Nuclear Engineering involves the exploitation of nuclear energy and nuclear radiation for the benefit of mankind
Ever since the discovery of radioactivity and nuclear radiation over a hundred years ago nuclear phenomena have been used to provide tangible benefits in medicine, in fundamental scientific advances in nuclear and non-nuclear disciplines, in industrial processes and in the large scale production of electric power.
Nuclear Engineering is a career for those people who can identify hazards, are dedicated to safety and who understand the balance of risks and benefits
The exploitation of nuclear technology is controversial. We have been aware of the hazards involved with nuclear radiation almost since the time at which it was discovered. The potential hazards cause concern amongst the public. However no human activity is perfectly safe and our survival as a species has depended on us identifying hazards both natural and man-made and existing with them in the safest possible manner often trading off one hazard against another.
Those who work as nuclear engineers understand the hazards and the importance of exploiting nuclear technology safely. They are a concerned group of people, concerned that the benefits of nuclear technology should be available to mankind with the highest standards of safety. For this reason the results of the work of the nuclear engineer benefit from an extraordinary degree of safety.
Working in nuclear engineering is a safe occupation by any standards; much safer than most other industrial occupations by any yardstick of comparison.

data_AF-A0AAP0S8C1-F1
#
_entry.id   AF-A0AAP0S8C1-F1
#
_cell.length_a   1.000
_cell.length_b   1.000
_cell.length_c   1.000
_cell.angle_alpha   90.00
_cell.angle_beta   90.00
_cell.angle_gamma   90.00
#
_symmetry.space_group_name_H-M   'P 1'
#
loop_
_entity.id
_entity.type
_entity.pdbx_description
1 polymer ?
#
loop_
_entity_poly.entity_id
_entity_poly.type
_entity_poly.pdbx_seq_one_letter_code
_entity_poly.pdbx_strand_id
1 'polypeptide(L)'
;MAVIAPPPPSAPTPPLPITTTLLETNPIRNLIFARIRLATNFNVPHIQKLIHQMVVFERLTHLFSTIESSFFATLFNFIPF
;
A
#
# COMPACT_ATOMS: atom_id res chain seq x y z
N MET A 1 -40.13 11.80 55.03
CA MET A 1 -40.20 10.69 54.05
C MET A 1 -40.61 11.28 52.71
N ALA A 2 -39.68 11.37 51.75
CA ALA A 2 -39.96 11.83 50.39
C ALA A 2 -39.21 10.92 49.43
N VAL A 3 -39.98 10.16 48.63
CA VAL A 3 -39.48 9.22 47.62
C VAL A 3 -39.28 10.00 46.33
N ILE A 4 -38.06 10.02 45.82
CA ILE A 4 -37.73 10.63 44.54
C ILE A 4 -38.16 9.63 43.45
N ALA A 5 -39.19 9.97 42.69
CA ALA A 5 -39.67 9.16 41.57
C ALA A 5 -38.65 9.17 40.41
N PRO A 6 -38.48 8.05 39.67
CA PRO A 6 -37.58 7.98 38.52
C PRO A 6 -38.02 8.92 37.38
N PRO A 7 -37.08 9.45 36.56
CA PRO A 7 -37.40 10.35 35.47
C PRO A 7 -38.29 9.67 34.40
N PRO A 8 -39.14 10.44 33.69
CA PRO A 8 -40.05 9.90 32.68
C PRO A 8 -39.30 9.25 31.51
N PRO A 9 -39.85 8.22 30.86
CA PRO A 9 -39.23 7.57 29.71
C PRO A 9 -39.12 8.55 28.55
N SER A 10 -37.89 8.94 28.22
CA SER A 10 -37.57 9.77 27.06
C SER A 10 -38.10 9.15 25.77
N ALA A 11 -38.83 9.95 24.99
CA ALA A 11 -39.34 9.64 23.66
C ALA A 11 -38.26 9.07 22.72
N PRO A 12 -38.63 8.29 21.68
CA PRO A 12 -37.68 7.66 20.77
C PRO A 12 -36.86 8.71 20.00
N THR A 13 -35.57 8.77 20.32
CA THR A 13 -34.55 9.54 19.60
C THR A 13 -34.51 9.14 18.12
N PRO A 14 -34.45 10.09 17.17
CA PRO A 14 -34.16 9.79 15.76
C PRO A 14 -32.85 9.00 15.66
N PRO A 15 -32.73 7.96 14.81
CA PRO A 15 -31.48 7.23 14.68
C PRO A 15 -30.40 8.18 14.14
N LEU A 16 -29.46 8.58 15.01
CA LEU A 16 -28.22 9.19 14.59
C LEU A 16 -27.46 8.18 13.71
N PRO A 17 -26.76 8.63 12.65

A career in nuclear engineering is for those people who can identify hazards, are dedicated to safety and who understand the balance of risks and benefits.
The Work of a Nuclear Engineer
Nuclear engineers are most closely associated with the production of electric power from nuclear energy. However they are also employed in other aspects of the exploitation of nuclear technology and associated environmental protection work.
The nuclear engineer may be employed in any of a wide variety of roles for example in fundamental research, development of relevant technologies, design of nuclear plant and systems, manufacture of nuclear components and equipment, management and construction of projects, operation of nuclear installations, environmental monitoring and protection, licensing and regulation and in many other associated key positions.
The range of occupations is so diverse that attempting to give details in a short introduction like this would not tell very much.
If you want further details there are a number of useful sources of information based on the major employers in the nuclear industry and the principal industry associations.
The following Internet sites are useful starting points for further information:
The World Nuclear Association web site provides a valuable resource on nuclear technology related issues.
The Nuclear Industry Association (formerly the British Nuclear Industry Forum until 11 June 2003) is the principal trade association for companies involved in nuclear technology in the UK The web site includes profiles of all member companies, not only the principal companies but also many smaller ones.
Some information on career opportunities can be gleaned from the profiles of work undertaken by these companies. Many of the web sites of these companies provide additional information not only on career opportunities but also on nuclear technology issues.
The Engineering Council web site provides a definitive mine of information on engineering careers in general.
Membership of the Institution of Nuclear Engineers
The Institution maintains a range of grades of membership covering all who are active in nuclear engineering and technology.
The student grade is designed for all students over the age of 16 who have an interest in nuclear technology.
Further information on membership is available from: The Secretary, The Institution of Nuclear Engineers.